Formula 1 is experiencing a revival in the United States. The highest tier of motorsports just finished a sweaty weekend in Florida at the debut of its newest star-spangled circuit, where the May 8 event was the first F1 race in Florida since the Sebring Grand Prix in 1959. It was a melting pot of sunburned and celebrity guests from paddock to pretend marina, with an energy that was absolutely nuclear.
Built from the parking lot of the Miami Dolphins’ Hard Rock Stadium, the 3.36-mile street circuit has 19 turns and a super-long straightaway section where cars reached speeds as high as 214 mph on race day. Miami joins Circuit of the Americas in Texas as the only US tracks currently on the F1 international schedule. A third race will be added next year once the high-speed street course along the Las Vegas strip is constructed by November 2023.
Celebrities flocked to this event like gulls at the port. The paddock saw celebrity guests including Michelle Obama and Michael Jordan. For a few minutes, David Beckham juggled a soccer ball with Ferrari driver Charles Leclerc, who was doing his best not to scuff the soccer champ’s cream-colored suit.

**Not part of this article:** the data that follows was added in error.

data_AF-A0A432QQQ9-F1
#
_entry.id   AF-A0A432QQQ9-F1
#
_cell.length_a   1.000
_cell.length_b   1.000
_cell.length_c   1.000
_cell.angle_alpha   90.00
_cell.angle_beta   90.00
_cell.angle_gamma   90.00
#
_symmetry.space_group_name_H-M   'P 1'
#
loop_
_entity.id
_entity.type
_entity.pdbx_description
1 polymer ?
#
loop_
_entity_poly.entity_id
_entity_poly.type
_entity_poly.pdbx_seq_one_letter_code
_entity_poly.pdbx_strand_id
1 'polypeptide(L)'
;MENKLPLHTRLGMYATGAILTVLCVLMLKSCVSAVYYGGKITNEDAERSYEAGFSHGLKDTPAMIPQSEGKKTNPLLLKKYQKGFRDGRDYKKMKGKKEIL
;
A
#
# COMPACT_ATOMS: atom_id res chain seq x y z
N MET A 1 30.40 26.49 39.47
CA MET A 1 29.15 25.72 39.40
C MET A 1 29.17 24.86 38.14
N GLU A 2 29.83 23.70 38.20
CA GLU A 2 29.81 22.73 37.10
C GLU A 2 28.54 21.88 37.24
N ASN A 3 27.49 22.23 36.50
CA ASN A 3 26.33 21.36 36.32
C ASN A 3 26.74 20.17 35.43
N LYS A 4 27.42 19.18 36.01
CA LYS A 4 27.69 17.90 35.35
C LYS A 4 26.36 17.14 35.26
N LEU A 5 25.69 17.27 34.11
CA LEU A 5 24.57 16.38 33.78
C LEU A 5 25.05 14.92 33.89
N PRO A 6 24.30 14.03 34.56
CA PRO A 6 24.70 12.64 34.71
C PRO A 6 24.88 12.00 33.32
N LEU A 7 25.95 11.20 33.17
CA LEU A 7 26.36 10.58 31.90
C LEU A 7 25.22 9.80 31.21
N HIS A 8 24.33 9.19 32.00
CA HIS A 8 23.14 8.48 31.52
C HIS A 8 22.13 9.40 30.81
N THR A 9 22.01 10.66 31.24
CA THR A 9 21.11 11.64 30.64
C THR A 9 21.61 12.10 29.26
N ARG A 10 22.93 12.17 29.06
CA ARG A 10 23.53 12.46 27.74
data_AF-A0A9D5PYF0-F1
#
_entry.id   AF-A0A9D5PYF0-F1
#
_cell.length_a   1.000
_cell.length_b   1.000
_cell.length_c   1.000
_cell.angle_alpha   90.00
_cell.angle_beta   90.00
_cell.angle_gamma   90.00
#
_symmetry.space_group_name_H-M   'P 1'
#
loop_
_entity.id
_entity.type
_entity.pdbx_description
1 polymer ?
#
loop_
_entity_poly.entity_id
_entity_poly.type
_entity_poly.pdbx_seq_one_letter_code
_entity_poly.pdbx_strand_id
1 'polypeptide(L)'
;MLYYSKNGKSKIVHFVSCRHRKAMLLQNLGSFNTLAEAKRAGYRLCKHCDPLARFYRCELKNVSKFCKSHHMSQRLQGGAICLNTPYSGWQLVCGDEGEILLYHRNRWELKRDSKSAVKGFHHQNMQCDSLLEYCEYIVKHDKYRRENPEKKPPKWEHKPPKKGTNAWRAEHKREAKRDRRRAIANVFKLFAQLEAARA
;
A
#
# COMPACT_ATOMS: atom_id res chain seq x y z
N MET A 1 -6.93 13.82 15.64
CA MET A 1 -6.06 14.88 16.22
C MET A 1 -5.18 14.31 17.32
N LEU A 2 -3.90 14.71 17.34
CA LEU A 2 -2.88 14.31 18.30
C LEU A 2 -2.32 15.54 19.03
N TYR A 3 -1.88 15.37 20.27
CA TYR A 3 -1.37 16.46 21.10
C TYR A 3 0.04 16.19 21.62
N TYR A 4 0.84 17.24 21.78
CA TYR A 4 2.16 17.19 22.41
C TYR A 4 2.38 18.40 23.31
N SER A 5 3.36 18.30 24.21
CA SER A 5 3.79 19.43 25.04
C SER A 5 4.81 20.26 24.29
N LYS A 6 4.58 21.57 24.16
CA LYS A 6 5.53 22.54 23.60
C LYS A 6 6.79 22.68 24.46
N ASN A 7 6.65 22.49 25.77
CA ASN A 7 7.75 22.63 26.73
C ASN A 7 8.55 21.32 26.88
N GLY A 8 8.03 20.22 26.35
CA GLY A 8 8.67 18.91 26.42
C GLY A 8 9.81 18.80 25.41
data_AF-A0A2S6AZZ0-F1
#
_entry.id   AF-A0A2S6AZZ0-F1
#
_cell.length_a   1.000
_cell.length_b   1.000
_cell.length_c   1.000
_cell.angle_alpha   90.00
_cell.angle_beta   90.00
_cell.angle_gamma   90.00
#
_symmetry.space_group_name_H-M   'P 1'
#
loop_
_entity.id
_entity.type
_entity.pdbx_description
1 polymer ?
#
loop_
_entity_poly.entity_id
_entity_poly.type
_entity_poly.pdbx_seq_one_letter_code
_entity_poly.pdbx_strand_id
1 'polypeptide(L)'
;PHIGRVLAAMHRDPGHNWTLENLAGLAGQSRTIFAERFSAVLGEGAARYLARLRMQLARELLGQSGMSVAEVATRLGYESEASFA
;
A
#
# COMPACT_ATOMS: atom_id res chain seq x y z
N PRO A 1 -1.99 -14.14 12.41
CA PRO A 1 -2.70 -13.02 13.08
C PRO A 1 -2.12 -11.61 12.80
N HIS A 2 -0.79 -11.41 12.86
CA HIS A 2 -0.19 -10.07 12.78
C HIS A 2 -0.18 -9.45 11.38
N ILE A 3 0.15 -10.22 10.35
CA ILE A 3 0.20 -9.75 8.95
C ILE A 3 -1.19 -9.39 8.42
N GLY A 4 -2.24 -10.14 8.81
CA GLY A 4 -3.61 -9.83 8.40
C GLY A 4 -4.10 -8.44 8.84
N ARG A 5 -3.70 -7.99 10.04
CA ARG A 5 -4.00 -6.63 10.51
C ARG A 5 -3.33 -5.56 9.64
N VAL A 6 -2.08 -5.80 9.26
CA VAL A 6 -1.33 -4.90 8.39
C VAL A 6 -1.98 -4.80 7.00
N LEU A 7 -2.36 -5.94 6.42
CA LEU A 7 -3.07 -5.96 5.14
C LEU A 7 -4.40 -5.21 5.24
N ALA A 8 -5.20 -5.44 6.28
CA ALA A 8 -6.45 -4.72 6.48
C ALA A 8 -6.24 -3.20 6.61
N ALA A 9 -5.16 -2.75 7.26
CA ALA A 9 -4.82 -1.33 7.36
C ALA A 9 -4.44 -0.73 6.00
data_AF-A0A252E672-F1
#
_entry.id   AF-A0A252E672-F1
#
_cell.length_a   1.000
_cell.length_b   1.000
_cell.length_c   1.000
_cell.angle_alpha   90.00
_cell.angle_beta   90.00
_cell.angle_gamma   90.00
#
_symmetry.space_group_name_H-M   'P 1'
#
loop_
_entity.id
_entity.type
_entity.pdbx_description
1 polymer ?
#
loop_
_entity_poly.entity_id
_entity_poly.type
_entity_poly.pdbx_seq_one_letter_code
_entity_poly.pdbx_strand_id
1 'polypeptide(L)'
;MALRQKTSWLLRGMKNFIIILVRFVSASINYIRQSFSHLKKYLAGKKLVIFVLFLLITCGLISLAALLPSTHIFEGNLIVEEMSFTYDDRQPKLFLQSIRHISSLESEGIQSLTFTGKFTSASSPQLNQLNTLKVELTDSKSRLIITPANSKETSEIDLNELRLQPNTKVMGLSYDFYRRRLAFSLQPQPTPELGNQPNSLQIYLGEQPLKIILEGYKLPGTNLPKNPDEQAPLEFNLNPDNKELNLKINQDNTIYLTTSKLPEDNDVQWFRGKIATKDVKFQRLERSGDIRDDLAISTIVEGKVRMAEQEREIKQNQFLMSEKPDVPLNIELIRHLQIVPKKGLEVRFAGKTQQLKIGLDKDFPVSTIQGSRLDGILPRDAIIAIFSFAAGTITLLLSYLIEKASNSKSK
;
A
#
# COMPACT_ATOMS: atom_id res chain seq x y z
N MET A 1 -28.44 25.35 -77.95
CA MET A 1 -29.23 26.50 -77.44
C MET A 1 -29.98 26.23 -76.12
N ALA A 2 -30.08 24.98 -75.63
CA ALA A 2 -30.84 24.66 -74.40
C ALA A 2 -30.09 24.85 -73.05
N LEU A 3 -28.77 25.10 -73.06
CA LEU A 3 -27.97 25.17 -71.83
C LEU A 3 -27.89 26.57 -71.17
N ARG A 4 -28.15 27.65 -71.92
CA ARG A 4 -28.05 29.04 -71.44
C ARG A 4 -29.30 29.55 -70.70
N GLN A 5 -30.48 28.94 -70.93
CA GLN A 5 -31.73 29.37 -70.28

After the race was over, we asked photographer Jamey Price, who has been capturing the motorsports world professionally since 2008, what Miami F1 looked like from his side of the lens. Price, who told us he had shot over 792 gigabytes of images that weekend, was still trying to rehydrate.
CD: Who were you shooting for?
Price: Some of my images are being used by Alpine F1 and some by Rolex, but my biggest clients were racing in the Porsche Sprint Challenge support series. Plus, I shot for Multimatic, which provides suspension parts for Red Bull Racing and Scuderia AlphaTauri. It ended up being very busy, handling both series.
How do you know where to photograph on a track that didn’t exist until just a few weeks ago?
The trick is to walk the course in a counter-race direction. You have to see what the car looks like coming at you. Walking the track gives you a sense of how close the walls are, the racing line, and where the photo holes are. You can study onboards and simulations of cars on the track as long as you want, but you won’t gain enough from those until you get on the ground and walk it. Sometimes you’ll get there with a plan, and then maybe the light doesn’t work or the background doesn’t work, so you throw that plan out and adjust accordingly.